Interest in Columbus, Ohio — and Central Ohio, in general — is reaching "all-time highs," according to Experience Columbus, the city's convention and visitors bureau, which announced last week that the visitor industry in Columbus continued to grow through the first three months of 2012 after rebounding in 2011.
"The potential for growth of the tourism and hospitality industry here in Central Ohio is huge," said Experience Columbus President and CEO Paul Astleford.
In the first quarter alone, Columbus hosted nine large annual groups — including six state associations — as well as seven OHSAA State Championships, three NCAA Championships, the Olympic Team Trials for Weightlifting and the USA Swimming Grand Prix. Short-term bookings for small to mid-sized groups also increased, as did individual business travel and future bookings, the latter of which accounted for 91,237 room nights through March 31, Experience Columbus reported.
Among the groups booked in the first quarter: the American Society for Engineering Education's Annual Conference and Exposition, taking place in 2017 with an expected attendance of 4,000, and the NHL All Star Weekend for 2013, with an expected attendance of 140,000, including 20,000 visitors.
"We are working hard to build Columbus' national profile and the city is clearly gaining respect as a place for meetings, events and leisure," Astleford said. "Hosting events like the 2012 EcoSummit this fall and the NHL All Star Weekend in 2013 continue to raise our profile as a national and international destination."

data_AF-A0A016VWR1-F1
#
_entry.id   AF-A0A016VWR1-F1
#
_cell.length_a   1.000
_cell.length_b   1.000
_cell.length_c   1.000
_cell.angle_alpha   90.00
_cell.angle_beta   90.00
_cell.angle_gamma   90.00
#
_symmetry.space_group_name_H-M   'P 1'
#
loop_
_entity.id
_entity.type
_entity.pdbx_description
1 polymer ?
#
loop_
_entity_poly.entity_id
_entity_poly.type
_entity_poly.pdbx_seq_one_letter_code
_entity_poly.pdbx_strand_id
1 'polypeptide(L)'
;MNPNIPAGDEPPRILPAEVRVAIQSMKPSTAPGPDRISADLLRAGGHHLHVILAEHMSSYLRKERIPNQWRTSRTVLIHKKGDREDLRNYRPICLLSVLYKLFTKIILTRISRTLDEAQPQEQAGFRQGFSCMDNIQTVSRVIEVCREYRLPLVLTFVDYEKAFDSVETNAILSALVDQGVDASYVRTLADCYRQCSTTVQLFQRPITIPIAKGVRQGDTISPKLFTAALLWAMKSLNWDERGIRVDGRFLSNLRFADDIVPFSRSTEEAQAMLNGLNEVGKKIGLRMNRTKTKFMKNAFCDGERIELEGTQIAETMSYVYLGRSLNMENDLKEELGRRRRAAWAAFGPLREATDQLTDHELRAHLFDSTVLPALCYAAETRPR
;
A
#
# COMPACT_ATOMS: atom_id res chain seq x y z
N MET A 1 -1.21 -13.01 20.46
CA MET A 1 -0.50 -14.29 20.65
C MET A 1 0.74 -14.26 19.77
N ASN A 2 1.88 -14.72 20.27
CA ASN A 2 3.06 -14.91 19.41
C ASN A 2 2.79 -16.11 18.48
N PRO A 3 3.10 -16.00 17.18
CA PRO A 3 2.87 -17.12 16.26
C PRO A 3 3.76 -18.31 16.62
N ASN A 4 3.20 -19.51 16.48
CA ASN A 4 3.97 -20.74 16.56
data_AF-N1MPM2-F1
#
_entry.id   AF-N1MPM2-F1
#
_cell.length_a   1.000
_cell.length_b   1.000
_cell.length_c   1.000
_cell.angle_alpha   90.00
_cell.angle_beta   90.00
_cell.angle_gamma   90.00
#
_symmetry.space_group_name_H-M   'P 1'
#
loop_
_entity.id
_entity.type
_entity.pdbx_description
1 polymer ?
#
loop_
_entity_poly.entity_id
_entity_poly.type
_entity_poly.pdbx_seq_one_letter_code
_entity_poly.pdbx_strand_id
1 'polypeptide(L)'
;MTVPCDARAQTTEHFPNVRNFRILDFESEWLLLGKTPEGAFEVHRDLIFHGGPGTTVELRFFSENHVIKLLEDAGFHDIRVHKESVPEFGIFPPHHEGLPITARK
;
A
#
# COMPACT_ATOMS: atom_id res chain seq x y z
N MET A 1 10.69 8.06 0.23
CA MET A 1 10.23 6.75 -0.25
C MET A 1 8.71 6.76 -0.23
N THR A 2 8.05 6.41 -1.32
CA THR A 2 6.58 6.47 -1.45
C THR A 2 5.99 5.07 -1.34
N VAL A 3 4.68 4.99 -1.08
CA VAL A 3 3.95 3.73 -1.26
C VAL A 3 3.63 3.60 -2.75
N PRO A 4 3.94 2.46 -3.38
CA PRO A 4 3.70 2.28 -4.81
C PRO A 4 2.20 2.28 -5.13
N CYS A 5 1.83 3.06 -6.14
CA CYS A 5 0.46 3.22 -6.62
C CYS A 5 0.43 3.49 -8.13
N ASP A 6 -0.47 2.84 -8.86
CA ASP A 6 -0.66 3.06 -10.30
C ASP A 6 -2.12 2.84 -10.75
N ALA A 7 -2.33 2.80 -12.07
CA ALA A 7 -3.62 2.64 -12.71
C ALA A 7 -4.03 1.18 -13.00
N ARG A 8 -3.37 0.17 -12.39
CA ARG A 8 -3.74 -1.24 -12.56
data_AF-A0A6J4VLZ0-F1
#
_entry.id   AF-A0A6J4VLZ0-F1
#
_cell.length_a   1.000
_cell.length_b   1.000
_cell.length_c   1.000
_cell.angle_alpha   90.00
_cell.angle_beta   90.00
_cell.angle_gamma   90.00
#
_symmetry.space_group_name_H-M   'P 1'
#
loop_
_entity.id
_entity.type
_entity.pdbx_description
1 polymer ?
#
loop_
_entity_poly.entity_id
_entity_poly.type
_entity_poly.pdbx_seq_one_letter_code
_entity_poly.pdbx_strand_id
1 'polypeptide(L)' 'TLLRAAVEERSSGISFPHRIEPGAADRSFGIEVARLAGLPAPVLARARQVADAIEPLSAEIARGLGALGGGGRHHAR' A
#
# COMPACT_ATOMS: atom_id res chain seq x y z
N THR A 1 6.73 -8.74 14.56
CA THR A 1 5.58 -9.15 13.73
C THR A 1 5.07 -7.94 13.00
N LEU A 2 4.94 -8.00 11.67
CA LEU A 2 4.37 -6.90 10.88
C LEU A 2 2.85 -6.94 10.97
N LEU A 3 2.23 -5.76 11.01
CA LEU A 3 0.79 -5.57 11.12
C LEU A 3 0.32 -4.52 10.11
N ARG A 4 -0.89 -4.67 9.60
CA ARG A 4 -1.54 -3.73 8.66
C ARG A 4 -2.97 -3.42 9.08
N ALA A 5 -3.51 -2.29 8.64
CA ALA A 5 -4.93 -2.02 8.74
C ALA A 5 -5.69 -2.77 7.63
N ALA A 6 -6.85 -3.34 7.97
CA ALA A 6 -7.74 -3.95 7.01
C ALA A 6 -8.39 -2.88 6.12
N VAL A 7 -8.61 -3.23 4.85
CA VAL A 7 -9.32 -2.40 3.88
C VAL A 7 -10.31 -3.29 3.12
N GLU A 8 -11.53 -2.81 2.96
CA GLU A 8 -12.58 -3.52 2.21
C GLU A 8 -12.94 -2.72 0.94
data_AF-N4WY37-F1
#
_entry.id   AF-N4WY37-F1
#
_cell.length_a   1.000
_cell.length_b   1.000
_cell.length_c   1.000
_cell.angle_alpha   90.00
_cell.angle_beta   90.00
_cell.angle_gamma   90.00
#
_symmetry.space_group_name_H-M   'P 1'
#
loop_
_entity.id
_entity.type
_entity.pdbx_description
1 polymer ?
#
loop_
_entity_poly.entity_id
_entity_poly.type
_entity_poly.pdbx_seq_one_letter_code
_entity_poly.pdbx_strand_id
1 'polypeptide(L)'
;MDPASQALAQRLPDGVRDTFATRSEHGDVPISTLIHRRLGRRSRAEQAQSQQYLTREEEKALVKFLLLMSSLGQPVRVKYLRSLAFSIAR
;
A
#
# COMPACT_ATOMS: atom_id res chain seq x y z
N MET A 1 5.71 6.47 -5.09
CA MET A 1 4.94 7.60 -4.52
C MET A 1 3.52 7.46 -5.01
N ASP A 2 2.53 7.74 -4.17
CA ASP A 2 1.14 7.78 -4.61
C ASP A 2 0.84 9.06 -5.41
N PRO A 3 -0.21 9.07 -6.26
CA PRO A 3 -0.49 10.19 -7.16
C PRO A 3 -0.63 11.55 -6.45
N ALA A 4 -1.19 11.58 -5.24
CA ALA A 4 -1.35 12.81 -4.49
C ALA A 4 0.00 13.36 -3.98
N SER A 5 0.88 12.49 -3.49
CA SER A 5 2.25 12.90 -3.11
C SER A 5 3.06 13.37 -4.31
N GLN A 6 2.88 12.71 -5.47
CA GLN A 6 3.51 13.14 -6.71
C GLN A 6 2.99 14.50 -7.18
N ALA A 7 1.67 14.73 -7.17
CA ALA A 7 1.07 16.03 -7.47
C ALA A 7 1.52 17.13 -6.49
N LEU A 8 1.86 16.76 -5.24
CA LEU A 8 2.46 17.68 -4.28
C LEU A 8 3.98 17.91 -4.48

According to Smith Travel Research, Columbus area hotels had an average occupancy rate of 56.2 percent in the first quarter, up 5.8 percent year to date. Average daily rate (ADR) and revenue per available room (RevPAR), meanwhile, were $84.66 and $47.61, respectively — up 5.6 percent and 11.9 percent, respectively, year to date. Nationwide, occupancy rates, ADR and RevPAR average 56.8 percent, $103.54 and $58.78, respectively.
Based on hotels' strong performance, hotel/motel bed tax collections are up 18.23 percent year to date, with collections so far totaling $6.5 million, according to reports from the City of Columbus.
Concluded Astleford, "We continue to see growth in all sectors, but still have a long way to go to close the gap on our competitive set in the national marketplace. With the visitor industry currently representing 10 percent of the local economy and supporting some 62,000 jobs, we have an opportunity to play a significant role in Columbus' renaissance by continuing to market and sell the capital city as a national destination."